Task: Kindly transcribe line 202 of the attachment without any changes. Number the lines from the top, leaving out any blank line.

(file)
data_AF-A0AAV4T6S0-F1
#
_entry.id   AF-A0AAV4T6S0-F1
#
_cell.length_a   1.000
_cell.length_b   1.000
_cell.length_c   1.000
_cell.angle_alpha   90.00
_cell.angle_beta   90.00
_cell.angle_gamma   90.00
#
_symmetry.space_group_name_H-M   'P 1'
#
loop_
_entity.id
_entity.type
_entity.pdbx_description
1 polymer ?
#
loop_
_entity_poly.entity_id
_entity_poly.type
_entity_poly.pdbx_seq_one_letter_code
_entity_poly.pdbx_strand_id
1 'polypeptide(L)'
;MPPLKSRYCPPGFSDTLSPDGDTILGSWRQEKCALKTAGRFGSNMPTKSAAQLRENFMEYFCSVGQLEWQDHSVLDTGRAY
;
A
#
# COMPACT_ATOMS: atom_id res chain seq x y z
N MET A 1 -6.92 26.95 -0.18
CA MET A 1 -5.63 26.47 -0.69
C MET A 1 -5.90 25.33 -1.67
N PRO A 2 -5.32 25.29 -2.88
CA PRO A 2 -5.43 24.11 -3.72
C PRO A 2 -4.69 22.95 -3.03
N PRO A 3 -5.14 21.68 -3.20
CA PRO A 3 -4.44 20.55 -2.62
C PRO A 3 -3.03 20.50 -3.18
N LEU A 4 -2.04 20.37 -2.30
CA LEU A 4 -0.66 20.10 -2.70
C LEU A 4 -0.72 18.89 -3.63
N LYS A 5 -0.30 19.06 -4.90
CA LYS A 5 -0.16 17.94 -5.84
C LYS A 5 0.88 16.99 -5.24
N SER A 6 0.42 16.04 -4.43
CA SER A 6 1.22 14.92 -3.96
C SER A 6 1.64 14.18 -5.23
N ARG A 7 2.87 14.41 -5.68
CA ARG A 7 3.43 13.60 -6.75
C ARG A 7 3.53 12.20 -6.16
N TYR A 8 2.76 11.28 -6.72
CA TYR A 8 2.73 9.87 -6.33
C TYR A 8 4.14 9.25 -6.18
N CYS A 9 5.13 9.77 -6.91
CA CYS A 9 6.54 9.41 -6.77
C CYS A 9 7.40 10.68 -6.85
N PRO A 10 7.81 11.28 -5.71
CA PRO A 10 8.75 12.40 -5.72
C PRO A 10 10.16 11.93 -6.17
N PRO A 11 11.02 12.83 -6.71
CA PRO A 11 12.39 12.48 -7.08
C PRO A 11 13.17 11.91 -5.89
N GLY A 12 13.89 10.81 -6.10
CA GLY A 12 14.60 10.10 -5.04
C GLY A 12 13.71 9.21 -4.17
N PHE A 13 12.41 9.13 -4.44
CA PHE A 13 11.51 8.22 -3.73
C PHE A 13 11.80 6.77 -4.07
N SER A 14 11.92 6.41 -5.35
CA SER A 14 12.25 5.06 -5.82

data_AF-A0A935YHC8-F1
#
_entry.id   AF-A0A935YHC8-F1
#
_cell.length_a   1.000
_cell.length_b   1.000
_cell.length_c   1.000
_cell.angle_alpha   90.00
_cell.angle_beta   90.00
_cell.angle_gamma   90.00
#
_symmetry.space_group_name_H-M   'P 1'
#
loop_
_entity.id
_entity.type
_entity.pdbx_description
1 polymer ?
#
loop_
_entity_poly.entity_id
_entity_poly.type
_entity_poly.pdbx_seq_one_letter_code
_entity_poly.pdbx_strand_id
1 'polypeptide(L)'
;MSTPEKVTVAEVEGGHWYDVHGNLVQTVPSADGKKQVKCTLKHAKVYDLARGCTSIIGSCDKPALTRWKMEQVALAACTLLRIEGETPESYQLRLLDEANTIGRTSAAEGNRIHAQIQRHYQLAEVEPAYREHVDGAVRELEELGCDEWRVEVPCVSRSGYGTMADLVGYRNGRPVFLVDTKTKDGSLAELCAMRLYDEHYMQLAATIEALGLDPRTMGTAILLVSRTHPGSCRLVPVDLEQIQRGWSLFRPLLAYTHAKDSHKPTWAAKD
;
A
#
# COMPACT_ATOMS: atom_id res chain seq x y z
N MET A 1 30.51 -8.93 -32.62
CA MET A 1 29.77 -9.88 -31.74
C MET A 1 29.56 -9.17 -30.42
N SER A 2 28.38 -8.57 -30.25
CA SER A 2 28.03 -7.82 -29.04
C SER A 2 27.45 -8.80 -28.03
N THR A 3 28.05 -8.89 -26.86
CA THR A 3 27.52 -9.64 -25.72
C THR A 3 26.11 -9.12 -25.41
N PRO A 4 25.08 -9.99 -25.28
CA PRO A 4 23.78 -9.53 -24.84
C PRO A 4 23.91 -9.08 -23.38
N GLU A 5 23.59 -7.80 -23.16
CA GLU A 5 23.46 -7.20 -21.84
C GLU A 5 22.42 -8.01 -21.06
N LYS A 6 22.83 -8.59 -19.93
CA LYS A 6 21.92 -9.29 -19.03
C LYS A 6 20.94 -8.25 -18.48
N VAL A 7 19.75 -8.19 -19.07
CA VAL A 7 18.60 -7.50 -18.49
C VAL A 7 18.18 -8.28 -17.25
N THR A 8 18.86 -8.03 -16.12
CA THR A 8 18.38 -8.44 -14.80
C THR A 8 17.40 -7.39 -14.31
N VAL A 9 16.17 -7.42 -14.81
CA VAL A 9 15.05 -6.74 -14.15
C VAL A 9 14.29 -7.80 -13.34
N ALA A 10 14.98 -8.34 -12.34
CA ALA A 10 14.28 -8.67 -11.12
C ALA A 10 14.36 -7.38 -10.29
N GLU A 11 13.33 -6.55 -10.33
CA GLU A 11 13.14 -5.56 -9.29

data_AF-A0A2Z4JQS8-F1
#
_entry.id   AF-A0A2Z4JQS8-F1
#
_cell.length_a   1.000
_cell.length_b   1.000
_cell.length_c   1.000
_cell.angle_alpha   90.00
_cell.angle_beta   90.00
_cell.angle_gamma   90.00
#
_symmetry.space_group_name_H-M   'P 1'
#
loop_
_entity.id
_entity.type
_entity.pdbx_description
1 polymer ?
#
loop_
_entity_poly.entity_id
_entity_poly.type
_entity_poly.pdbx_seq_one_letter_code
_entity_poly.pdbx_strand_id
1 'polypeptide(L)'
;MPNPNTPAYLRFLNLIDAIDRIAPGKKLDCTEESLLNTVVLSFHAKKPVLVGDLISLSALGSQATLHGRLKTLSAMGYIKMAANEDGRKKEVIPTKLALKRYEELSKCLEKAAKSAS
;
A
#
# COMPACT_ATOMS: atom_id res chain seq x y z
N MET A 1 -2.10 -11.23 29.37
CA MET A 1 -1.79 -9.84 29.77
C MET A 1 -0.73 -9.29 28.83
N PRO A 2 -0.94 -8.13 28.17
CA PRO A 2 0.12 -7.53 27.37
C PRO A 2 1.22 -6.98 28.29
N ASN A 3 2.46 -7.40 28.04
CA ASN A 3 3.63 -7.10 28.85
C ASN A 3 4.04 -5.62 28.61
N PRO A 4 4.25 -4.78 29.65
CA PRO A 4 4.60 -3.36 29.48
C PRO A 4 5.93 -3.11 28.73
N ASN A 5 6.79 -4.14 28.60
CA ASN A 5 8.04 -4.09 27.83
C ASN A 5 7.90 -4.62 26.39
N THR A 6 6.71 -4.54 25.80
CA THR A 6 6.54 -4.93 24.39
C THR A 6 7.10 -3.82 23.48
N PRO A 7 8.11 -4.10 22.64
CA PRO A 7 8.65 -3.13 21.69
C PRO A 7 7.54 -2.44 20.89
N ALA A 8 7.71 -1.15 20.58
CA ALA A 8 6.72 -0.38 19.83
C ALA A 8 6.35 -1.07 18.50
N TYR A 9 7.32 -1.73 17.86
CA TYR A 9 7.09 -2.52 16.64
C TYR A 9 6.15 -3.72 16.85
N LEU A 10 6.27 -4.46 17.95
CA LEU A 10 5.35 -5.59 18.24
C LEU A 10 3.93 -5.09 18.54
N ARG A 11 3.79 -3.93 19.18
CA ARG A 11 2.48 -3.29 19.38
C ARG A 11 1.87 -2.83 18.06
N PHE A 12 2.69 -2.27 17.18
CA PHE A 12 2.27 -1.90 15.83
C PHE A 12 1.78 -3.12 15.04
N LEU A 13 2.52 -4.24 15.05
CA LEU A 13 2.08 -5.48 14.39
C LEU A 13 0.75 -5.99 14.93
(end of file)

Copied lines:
C LEU A 13 0.75 -5.99 14.93